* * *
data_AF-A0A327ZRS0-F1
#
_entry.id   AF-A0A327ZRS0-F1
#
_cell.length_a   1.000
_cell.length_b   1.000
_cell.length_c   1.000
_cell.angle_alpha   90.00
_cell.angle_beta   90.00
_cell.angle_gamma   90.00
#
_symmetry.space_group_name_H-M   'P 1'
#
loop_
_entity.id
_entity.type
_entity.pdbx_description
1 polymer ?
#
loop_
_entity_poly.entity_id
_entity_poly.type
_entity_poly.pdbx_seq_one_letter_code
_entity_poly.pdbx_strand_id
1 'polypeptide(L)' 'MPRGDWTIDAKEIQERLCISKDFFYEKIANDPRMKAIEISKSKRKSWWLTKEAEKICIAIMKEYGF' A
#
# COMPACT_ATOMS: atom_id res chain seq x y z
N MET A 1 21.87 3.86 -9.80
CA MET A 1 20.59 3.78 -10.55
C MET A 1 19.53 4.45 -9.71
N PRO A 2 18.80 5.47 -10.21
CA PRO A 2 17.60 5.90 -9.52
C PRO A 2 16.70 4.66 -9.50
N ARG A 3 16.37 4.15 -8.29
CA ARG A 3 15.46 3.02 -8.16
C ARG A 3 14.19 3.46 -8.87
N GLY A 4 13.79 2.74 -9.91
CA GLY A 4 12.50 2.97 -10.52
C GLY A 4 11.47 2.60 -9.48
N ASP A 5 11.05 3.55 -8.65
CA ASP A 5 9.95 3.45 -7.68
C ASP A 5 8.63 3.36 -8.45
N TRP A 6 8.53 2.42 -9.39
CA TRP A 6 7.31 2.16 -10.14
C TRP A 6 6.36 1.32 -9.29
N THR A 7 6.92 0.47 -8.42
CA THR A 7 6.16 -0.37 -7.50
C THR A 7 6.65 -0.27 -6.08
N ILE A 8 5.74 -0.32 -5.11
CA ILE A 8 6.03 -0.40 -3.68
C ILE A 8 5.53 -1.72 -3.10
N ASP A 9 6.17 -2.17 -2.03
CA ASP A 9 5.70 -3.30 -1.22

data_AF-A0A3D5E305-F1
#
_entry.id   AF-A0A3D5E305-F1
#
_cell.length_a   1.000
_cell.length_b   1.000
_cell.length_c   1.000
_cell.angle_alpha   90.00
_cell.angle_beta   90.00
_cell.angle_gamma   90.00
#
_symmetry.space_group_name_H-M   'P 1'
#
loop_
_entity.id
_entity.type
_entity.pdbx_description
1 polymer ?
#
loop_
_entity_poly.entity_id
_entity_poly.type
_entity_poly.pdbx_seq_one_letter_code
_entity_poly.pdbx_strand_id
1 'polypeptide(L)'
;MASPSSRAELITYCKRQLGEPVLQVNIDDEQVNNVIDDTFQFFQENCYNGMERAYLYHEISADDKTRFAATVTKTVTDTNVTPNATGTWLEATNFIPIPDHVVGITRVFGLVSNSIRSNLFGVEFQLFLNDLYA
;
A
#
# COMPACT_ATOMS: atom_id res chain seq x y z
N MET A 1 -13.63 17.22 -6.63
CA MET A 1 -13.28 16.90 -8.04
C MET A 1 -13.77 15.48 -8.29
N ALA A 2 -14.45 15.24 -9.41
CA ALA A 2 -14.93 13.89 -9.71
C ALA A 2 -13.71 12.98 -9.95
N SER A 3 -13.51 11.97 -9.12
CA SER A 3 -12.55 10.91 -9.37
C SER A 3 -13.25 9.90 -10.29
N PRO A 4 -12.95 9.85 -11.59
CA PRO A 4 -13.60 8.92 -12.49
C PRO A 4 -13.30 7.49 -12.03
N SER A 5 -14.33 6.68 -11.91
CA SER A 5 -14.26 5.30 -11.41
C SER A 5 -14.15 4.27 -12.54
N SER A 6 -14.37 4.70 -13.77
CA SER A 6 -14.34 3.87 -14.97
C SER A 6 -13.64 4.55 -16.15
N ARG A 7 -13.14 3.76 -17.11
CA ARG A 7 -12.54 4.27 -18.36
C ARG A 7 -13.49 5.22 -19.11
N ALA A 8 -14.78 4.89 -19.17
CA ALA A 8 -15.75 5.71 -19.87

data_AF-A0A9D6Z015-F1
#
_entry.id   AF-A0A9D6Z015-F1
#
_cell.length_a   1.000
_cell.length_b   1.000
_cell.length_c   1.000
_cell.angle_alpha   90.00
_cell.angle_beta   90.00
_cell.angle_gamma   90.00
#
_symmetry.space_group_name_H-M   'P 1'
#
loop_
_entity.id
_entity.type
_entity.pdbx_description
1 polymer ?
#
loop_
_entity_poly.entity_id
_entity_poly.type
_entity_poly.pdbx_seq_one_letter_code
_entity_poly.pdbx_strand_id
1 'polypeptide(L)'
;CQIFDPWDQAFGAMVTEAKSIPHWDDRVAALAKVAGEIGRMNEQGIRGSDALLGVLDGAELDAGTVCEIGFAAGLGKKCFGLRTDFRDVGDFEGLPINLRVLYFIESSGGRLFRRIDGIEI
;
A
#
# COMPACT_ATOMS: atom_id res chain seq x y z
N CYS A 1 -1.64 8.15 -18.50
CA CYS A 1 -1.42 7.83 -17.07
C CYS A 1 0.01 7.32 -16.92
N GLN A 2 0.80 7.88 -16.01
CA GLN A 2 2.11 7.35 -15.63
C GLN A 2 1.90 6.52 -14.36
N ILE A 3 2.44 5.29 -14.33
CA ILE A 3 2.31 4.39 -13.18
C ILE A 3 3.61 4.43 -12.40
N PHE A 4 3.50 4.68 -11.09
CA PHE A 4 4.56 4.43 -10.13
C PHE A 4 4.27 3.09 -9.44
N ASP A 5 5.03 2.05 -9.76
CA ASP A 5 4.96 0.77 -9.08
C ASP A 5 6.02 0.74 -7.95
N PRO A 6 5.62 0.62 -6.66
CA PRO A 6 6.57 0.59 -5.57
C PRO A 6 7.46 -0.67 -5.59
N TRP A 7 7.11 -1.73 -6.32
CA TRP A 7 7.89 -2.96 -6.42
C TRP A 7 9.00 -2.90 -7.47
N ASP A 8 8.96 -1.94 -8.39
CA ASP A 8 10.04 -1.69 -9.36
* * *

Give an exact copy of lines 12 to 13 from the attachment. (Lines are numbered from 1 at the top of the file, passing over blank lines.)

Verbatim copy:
_symmetry.space_group_name_H-M   'P 1'
#